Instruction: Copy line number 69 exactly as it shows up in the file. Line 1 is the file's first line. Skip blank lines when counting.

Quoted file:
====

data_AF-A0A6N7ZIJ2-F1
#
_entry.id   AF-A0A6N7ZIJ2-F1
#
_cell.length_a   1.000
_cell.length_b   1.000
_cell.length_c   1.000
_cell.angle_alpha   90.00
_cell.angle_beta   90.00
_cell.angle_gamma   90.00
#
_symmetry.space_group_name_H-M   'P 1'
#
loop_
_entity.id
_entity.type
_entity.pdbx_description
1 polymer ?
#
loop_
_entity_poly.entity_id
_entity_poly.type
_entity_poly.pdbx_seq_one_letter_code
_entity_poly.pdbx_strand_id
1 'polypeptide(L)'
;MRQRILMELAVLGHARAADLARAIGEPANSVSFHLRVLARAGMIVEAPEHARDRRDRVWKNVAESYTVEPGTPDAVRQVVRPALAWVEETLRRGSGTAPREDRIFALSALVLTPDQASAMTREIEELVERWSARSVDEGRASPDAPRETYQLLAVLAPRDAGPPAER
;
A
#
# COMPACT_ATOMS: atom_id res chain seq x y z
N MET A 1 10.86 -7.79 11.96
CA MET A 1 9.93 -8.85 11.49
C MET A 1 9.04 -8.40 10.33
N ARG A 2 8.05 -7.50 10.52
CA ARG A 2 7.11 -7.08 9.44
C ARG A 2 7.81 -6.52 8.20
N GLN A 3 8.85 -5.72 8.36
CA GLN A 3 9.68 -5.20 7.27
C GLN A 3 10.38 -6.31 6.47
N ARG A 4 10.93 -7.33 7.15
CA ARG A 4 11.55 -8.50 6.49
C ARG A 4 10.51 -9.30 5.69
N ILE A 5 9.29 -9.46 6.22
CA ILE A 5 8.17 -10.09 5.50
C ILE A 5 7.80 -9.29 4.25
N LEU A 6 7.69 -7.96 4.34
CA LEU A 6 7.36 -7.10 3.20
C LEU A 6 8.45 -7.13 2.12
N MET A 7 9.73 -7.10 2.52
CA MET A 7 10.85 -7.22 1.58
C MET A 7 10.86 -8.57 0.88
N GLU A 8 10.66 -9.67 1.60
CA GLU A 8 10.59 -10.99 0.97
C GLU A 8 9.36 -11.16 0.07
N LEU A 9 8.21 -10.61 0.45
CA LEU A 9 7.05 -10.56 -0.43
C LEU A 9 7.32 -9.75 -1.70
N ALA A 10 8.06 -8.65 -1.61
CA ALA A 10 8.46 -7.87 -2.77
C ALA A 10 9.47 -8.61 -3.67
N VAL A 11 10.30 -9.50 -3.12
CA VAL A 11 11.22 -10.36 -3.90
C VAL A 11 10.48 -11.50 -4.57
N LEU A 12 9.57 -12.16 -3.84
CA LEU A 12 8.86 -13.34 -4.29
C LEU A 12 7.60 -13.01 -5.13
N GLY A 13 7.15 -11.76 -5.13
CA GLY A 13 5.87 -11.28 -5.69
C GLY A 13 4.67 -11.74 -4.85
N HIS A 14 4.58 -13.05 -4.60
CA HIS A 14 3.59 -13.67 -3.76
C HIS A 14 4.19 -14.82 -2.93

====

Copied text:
C GLY A 13 4.67 -11.74 -4.85